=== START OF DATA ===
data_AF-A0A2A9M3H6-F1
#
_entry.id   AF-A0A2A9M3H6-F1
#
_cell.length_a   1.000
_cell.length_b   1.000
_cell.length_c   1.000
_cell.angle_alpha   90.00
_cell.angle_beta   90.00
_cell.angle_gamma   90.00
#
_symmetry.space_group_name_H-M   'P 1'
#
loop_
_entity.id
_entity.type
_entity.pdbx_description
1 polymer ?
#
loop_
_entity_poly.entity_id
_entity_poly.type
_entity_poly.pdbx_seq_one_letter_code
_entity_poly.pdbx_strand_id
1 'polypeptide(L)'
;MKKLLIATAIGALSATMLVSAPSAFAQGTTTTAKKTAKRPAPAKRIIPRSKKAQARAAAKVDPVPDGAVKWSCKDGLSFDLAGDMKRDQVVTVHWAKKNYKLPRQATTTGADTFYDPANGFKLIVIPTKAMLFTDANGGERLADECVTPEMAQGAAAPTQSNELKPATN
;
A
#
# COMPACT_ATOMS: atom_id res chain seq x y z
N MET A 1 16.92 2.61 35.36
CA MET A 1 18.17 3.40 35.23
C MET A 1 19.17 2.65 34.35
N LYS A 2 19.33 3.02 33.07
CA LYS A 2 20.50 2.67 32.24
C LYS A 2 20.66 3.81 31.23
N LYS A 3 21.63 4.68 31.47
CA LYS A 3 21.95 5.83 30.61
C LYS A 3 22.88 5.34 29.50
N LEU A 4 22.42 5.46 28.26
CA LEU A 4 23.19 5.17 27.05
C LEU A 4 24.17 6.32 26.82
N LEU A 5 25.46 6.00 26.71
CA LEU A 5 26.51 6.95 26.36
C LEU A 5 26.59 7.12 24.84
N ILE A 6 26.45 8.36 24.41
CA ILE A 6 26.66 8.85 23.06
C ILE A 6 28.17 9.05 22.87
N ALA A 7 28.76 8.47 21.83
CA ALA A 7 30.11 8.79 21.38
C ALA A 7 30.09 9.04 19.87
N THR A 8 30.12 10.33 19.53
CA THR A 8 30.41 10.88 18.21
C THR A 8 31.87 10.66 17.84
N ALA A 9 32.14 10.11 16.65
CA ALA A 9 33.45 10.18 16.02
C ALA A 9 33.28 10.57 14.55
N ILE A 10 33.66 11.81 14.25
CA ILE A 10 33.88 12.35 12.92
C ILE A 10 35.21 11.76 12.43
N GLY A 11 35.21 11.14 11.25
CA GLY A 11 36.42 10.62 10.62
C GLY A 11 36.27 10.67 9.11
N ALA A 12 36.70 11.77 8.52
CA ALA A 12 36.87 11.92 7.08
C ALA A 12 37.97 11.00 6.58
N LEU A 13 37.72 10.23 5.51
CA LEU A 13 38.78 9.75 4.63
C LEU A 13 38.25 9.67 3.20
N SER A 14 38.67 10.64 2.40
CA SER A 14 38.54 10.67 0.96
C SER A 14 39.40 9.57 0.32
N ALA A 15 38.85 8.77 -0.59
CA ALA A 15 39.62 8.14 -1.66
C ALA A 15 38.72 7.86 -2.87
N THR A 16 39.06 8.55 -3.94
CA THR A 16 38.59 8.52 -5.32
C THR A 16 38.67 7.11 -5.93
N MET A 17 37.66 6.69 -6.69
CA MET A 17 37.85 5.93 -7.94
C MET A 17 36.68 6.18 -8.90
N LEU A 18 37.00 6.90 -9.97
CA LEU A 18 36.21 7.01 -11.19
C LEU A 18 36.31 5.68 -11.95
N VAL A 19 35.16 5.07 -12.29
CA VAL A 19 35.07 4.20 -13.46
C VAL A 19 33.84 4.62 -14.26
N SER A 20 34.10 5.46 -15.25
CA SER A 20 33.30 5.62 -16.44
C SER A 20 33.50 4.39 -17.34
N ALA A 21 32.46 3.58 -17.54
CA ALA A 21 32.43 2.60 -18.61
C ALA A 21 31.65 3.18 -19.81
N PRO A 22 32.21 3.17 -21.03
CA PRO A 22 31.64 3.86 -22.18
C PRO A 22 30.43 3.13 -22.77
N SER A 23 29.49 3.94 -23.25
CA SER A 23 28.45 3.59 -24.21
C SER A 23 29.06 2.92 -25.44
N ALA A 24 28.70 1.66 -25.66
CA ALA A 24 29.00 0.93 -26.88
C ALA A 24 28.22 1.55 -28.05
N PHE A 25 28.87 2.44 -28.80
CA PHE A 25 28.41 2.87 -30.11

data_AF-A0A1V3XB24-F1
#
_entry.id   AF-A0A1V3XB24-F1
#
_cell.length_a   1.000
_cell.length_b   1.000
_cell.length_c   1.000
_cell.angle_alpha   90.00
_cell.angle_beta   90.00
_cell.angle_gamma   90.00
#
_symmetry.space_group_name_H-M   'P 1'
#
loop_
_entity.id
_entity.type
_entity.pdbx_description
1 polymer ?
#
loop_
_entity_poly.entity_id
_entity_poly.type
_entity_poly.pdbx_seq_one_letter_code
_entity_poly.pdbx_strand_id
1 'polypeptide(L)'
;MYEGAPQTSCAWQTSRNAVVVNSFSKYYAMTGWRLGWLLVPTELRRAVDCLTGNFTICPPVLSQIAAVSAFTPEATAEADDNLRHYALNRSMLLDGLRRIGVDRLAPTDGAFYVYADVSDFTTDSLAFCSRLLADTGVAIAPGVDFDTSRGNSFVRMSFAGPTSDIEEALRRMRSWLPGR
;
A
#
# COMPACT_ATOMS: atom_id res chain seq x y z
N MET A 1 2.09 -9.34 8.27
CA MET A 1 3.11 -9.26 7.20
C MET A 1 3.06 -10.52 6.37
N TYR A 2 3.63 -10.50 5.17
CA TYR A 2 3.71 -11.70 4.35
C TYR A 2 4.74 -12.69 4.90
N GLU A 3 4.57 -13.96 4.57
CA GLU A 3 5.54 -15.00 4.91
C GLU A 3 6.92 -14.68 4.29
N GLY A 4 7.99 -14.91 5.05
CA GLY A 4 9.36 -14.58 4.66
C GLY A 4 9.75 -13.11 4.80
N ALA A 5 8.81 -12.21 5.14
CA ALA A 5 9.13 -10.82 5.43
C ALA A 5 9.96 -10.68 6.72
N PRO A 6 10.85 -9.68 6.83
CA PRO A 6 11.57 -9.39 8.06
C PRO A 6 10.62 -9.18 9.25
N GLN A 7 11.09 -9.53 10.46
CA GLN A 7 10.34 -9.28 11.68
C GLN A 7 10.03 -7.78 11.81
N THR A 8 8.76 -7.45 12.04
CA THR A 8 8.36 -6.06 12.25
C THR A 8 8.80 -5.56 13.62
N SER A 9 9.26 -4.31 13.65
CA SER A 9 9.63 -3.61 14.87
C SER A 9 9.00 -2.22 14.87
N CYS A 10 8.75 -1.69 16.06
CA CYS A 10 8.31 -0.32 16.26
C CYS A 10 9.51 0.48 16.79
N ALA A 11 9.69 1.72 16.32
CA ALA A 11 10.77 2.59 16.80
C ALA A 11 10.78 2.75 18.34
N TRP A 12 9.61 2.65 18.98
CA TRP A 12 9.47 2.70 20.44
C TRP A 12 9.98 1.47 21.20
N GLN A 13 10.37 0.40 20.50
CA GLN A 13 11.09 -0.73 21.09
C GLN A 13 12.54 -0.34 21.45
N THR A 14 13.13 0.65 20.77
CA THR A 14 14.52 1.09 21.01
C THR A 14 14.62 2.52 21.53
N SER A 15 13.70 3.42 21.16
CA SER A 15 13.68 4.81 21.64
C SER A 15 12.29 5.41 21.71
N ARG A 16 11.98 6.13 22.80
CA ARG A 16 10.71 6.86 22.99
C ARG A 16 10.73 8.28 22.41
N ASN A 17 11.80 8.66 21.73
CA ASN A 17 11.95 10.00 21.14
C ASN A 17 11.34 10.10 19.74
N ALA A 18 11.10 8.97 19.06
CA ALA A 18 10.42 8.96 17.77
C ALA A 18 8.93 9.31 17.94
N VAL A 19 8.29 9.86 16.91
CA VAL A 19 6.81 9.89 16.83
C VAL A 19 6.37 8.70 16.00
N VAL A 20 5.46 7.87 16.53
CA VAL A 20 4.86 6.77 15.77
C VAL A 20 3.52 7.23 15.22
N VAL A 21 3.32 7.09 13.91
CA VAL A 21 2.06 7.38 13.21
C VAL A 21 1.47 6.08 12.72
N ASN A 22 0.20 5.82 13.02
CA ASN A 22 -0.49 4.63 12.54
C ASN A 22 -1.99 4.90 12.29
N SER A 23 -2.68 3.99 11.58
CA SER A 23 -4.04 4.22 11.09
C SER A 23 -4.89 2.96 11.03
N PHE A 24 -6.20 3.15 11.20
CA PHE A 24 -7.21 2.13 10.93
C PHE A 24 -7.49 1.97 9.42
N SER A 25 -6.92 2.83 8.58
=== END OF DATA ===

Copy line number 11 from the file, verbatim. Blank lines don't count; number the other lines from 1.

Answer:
#